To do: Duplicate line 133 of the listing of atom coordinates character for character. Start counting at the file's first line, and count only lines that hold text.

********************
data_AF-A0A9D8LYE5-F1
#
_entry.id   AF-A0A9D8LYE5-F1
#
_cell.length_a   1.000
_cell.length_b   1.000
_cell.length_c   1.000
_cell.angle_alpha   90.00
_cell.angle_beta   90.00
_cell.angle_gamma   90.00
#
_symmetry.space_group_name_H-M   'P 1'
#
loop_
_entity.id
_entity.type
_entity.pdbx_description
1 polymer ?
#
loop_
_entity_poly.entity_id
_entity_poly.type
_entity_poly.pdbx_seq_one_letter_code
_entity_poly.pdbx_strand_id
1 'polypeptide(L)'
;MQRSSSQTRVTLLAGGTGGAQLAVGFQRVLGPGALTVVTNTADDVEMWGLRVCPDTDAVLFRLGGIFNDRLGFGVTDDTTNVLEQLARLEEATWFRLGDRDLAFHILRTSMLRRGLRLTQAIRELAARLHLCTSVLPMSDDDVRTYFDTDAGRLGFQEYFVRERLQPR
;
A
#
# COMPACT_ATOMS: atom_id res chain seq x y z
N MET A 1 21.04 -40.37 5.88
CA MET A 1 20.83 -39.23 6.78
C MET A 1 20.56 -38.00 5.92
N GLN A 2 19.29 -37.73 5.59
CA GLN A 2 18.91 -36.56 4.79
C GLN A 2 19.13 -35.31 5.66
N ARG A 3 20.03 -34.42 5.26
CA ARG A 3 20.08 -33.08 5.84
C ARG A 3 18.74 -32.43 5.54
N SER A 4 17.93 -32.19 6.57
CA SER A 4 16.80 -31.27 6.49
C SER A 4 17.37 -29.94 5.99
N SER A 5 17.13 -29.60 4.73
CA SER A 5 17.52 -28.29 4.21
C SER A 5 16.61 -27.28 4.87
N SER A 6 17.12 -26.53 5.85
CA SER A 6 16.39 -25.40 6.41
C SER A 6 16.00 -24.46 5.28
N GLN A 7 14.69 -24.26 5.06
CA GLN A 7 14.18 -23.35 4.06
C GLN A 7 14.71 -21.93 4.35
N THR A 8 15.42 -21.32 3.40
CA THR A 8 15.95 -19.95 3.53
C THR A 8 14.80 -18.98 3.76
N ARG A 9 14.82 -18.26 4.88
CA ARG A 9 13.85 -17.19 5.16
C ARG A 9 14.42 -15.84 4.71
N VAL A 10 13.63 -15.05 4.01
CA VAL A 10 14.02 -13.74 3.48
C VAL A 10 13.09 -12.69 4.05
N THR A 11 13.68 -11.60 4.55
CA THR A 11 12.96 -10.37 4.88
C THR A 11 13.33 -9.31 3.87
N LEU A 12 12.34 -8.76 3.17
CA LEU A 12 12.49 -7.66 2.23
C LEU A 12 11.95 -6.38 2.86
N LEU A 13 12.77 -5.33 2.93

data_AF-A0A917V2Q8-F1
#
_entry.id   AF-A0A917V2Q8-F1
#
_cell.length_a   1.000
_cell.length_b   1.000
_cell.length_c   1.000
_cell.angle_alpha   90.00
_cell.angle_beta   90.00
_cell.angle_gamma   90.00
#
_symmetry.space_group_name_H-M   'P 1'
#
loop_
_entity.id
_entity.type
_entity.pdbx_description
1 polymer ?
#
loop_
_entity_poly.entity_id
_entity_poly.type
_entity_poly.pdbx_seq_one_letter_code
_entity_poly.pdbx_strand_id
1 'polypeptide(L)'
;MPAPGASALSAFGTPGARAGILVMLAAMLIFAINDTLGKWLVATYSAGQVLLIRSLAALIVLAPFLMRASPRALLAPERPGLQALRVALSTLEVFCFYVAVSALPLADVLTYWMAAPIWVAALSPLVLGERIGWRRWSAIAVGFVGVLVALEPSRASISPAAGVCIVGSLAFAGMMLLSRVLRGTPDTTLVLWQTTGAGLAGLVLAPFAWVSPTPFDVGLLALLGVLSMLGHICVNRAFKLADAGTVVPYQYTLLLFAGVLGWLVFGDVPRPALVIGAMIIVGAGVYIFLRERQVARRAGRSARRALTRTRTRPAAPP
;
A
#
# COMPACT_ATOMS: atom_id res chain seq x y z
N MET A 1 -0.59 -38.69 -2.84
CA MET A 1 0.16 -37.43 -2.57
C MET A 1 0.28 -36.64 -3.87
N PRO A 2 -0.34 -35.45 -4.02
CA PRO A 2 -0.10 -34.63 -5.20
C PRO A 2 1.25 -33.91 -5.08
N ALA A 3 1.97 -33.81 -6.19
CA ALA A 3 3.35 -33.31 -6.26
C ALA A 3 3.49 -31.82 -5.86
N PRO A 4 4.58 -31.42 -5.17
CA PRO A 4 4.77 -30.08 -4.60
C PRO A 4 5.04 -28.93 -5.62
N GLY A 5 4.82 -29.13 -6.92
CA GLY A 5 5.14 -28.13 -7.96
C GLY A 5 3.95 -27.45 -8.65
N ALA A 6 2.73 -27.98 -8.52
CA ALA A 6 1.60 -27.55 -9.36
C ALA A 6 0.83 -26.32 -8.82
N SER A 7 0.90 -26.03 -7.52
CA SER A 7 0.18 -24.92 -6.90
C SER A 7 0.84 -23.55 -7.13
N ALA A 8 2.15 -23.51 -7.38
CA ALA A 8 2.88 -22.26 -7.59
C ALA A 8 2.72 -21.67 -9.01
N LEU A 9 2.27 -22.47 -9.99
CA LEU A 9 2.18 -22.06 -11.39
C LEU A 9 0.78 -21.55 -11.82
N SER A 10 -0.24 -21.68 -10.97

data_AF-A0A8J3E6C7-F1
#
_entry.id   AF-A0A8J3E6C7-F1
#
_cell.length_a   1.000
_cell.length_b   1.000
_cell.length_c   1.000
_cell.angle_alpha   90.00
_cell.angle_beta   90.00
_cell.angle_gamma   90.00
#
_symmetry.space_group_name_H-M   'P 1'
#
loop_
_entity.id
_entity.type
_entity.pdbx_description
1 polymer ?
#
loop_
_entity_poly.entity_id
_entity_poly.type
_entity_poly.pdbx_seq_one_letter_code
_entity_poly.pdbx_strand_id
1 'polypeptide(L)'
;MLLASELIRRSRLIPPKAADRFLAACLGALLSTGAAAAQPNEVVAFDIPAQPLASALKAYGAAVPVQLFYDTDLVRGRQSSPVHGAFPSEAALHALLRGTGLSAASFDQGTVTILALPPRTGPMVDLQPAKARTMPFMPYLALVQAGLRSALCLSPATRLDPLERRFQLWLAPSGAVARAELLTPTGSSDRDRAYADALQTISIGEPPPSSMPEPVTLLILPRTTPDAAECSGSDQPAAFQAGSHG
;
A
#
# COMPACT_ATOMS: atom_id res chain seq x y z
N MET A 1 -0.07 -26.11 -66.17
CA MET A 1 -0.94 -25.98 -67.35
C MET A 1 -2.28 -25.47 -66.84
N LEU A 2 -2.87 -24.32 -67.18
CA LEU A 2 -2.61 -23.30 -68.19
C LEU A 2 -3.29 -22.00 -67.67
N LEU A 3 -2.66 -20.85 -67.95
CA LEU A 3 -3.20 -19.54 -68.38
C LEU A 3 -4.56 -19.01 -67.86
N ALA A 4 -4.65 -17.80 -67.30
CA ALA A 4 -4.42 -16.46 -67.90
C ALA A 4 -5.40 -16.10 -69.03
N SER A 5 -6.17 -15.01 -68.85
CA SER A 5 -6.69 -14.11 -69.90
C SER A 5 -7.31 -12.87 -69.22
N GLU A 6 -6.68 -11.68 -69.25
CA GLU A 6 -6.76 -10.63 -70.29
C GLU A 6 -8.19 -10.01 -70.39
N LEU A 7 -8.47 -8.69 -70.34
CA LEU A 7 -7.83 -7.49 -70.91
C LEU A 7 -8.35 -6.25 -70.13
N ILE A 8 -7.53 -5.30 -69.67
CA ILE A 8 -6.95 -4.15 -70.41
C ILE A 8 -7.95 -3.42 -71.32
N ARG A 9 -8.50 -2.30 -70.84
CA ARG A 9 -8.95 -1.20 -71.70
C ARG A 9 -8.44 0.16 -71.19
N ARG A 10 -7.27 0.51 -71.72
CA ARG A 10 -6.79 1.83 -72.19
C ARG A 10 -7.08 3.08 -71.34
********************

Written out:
_cell.angle_alpha   90.00